Record Pro-Level Vocals in a Budget Studio
These Dozen Tips Can Give You Better Vocals - Regardless of Your Budget
By Craig AndertonVocals are often the most important element of any song, as they're what make the connection with the listener. But do you ever get the feeling your vocals aren't quite as good as the ones on major label releases? The problem may not be your voice, but how you record, process, and mix it. I've heard enough demos to notice certain mistakes that keep cropping up over and over - and here's how to avoid 12 common ones.
#1: CHOOSE THE RIGHT MIC
One of the biggest mistakes is choosing a mic because it sounded incredible with a particular vocalist - just because it sounded good with one voice doesn't mean it will sound good with all voices. For example, dynamic mics work well with my voice, but condensers work better with others.To choose a mic, do a "mic shootout." Set up two mics equidistant from your mouth, start singing, then hit record while the vocals go into two tracks. Don't just sing a phrase or two; try singing more softly, do some "screamer" parts, sing close up to the mics and far away, and try recording with and without a pop filter. Listen back, and it should be pretty clear which mic works best with your voice. Choose a winner, then do another shootout with two more mics until you've found the best of all possible mics.
#2: ENGAGE THE MIC'S BASS ROLLOFF SWITCH
There's not a lot of ultra-low frequency energy in your vocals - at least, not low frequency energy you want. So, you may be able to use the bass rolloff switch to reduce low-frequency components produced by "plosives" (p and b sounds) before they go into your mic preamp. This increases the available headroom, and helps to minimize distortion.
#3: TO POP FILTER OR NOT TO POP FILTER?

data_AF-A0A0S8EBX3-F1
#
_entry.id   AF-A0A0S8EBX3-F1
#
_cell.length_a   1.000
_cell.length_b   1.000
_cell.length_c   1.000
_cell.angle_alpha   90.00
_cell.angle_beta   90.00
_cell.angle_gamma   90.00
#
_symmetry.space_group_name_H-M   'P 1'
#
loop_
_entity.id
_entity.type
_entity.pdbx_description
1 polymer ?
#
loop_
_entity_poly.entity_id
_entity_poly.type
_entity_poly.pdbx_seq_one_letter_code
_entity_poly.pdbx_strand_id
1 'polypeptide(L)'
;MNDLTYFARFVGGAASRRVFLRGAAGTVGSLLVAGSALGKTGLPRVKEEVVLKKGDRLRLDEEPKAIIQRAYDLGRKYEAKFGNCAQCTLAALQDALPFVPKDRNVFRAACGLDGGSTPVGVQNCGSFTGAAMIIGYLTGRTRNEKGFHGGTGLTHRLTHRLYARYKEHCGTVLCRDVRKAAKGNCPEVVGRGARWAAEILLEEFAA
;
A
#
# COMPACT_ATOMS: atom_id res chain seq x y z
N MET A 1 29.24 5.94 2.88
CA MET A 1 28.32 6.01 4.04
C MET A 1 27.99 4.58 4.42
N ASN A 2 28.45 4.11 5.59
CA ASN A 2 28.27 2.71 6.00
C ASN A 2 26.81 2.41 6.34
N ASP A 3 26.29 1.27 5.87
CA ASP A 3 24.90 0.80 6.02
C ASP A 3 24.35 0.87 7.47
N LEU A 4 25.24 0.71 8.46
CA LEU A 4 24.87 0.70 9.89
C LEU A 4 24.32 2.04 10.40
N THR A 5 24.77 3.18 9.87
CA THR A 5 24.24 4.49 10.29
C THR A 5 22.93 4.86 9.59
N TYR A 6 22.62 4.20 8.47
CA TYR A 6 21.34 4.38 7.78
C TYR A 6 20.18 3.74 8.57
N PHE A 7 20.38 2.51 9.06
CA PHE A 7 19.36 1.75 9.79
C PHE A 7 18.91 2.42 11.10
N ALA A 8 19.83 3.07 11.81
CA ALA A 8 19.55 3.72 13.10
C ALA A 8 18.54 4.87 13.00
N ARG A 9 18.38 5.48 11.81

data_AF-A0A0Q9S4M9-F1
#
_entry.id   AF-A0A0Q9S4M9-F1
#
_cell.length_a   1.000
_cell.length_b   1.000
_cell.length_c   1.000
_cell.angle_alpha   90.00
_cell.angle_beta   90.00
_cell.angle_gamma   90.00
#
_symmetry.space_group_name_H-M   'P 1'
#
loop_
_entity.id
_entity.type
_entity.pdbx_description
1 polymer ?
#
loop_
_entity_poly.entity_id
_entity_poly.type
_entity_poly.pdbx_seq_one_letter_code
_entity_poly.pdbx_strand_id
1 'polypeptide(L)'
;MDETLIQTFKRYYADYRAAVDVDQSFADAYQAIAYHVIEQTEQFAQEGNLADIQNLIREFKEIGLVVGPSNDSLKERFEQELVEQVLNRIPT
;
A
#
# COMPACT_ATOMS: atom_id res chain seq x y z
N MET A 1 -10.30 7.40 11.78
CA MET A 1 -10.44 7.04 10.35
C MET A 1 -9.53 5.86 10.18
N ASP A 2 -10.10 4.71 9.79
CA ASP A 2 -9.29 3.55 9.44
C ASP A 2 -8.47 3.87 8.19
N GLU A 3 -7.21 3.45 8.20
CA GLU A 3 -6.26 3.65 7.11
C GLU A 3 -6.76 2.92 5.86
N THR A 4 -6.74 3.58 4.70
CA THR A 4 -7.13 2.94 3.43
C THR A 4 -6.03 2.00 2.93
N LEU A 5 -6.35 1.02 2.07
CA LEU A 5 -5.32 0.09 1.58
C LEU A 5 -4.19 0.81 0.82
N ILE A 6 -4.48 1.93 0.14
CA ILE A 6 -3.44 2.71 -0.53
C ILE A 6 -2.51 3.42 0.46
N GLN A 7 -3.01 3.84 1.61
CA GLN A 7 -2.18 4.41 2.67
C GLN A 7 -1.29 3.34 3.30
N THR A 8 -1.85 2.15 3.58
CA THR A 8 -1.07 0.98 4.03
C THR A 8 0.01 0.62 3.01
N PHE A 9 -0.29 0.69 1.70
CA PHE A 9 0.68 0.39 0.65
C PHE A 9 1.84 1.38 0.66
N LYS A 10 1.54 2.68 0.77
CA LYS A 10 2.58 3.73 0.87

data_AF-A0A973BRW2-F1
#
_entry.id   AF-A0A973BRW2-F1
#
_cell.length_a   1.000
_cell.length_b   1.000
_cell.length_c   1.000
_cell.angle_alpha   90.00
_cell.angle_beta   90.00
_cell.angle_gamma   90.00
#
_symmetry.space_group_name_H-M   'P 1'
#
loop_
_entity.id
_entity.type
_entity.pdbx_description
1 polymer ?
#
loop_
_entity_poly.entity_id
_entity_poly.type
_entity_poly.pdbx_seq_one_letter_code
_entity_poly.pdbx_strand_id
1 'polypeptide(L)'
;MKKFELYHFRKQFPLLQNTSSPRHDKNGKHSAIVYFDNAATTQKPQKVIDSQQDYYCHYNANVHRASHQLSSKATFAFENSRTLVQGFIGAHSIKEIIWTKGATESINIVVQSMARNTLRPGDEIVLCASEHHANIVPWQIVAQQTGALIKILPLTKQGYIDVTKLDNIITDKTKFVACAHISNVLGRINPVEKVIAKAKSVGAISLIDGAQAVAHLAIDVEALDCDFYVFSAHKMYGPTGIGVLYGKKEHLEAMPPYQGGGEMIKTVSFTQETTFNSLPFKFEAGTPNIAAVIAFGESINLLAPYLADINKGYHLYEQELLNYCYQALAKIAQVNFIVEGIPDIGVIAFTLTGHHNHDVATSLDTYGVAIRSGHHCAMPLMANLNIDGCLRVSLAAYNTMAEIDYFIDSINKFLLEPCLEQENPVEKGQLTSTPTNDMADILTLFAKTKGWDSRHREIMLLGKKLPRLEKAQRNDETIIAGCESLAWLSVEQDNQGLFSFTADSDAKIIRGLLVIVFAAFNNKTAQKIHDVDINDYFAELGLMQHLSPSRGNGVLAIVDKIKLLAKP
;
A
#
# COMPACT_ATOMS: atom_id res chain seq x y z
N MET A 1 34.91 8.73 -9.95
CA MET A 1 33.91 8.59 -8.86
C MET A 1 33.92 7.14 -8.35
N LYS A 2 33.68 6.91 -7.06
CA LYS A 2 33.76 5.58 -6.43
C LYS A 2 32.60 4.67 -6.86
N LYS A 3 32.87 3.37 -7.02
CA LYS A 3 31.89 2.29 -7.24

Using the bass rolloff may eliminate the need for a pop filter (besides, some engineers use them only as a last resort anyway). But remember, there's a reason why you see pop filters in every pro studio; and they can help get rid of the remaining low frequency energy that the low frequency rolloff switch missed.
A pop filter is essential when working with some vocalists, although others with excellent mic technique and who sing a distance from the mic may be able to get away without one.
#4: DON'T OBSESS INSANELY OVER PREAMPS AND CABLES
Are $4,000 preamps nice? Yes, they are. Lamborghinis are nice too, but a Hyundai will get you where you want to go. There are quite a few good low-cost preamps, and a great vocal performance will make it intact through any of them. The quality of circuitry these days is such that differences between preamps are not as major as they used to be.There's a story an editor friend told me of a publication that wanted to review high-end preamps, so they got together a bunch of engineers to do some blind testing. As it was necessary to have a control preamp for comparison, they choose a basic Mackie mixer preamp without telling the engineers. The assumption was that the engineers would easily be able to hear the difference between it and high-end preamps, but a funny thing happened: Many of the engineers picked the Mackie mixer preamp as sounding the best. Quite a few also picked low-cost preamps by ART and other manufacturers. So, trust your ears - not the logo on the front panel.On the other hand, this isn't to say some high-end preamps aren't worth the extra cost; they are. But a good vocal is way more important than the preamp it's going through.
#5: PRINT OUT A LYRIC SHEET AND MARK IT UP
The lyrics should tell a story and have a flow, and you need to incorporate this into your vocals. Underline words that need emphasis, indicate when words need to rise or fall in emphasis, and so on. Study this enough so that the phrasing and feeling become second nature. Don't just sing; tell a story.
#6: MONITOR IN THE WAY THAT MAKES YOU MOST COMFORTABLE